Wednesday, January 11, 2012

Mobile Governance And E-Authentication In India

Recently World Bank granted a huge loan to India to ensure suitable policies for ensuring electronic delivery of services in India. The loan has been given under the title electronic delivery of public services development policy loan (DPL) project of India. Naturally, India has to start working in this direction to justify the loan.

For the time being we have no implementable electronic delivery of services policy of India though it may be in pipeline. Indian government is working in the direction of ensuring electronic delivery of services in India. In fact a legal framework titled electronic delivery of services bill 2011 (EDS Bill 2011) has also been proposed by Indian government.

While this is a good step taken by Indian government however the Bill has failed to achieve what was most importantly required from it. We have no legal framework for mandatory e-governance services in India and even the proposed EDS Bill 2011 failed to address this issue. As on date neither the information technology act 2000 (IT Act 2000) nor the EDS Bill 2011 provides a right in the hands of Indian citizens to claim e-governance as a matter of right. Thus, both IT Act 2000 and EDS Bill 2011 have little significance in the field of mandatory e-governance services in India.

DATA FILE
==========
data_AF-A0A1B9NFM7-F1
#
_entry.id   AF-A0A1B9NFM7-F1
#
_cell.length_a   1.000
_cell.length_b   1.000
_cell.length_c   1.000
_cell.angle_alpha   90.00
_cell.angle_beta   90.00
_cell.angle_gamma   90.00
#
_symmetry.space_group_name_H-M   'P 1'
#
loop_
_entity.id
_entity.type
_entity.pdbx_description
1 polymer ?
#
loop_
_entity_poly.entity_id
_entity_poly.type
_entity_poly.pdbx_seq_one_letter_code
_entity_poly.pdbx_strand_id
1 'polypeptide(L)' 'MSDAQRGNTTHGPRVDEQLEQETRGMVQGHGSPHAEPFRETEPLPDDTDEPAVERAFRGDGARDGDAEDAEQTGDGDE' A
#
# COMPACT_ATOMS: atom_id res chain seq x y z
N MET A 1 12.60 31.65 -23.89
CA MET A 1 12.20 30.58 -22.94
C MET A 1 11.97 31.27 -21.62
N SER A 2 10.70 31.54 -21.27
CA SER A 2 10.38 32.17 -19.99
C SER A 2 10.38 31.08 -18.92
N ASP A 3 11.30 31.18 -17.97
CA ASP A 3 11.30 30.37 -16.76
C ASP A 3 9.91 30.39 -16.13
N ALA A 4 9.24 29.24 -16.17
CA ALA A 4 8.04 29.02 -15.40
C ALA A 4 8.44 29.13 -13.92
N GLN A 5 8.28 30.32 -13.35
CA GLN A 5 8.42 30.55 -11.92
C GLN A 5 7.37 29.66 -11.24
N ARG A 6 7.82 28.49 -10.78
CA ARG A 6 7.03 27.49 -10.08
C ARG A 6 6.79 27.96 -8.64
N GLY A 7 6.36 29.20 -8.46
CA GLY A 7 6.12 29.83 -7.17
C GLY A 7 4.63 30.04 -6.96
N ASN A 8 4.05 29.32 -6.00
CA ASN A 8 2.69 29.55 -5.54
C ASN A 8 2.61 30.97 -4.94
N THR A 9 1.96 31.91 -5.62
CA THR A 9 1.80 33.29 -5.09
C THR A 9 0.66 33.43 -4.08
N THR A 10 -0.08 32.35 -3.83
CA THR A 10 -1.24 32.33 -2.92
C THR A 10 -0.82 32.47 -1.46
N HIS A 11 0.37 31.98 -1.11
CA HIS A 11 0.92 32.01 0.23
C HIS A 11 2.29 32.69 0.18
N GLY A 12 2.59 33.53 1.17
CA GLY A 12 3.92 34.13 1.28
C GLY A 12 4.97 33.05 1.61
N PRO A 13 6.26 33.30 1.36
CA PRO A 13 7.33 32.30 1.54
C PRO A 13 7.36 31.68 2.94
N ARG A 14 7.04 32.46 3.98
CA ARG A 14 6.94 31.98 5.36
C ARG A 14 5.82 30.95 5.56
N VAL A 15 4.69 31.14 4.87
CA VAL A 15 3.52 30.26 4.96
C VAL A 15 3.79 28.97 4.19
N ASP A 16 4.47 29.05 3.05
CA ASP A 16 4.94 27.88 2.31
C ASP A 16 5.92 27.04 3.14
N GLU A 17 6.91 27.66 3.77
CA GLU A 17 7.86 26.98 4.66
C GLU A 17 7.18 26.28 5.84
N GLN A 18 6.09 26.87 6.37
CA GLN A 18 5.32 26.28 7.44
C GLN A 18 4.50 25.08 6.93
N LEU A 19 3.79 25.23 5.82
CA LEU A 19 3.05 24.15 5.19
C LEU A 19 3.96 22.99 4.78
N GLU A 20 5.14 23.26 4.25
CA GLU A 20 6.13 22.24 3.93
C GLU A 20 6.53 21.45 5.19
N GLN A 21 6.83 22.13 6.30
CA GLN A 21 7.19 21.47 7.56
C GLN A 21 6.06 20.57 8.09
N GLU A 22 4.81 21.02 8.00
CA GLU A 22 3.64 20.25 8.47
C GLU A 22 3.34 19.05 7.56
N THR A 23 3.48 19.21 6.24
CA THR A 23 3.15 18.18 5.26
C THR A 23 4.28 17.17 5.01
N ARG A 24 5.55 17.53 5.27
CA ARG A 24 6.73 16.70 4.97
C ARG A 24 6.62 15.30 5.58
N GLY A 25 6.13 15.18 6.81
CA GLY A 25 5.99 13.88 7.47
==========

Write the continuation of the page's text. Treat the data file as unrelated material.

As far as mobile governance policy in India the same is missing. We cannot rely much upon m-governance in India till we have a suitable m-governance policy of India. Further, authentication in an online environment plays a crucial role in fixing rights and liabilities through mobile transactions. There is no e-authentication policy of India that is operational at national level.

A good example of use of m-governance in India can be mobile banking. Recently Reserve Bank of India (RBI) removed the ceiling for mobile banking transactions in India. This is a good step but its efficacy is still debatable. When banks in India are not interested in maintaining mobile banking cyber security use of mobile banking may create many problems. Banks in India are not providing positive confirmations of NEFT transactions and expecting cyber security from them is unrealistic. Indian banks are also not following the guidelines of RBI prescribing mandatory cyber security requirements for banks of India.

Now the department of information technology (DIT) is formulating a policy that will enable citizens to authenticate their identities online to access various government services electronically, including through mobile phones. I hope DIT would keep all the abovementioned aspects in mind while formulating the proposed policy.

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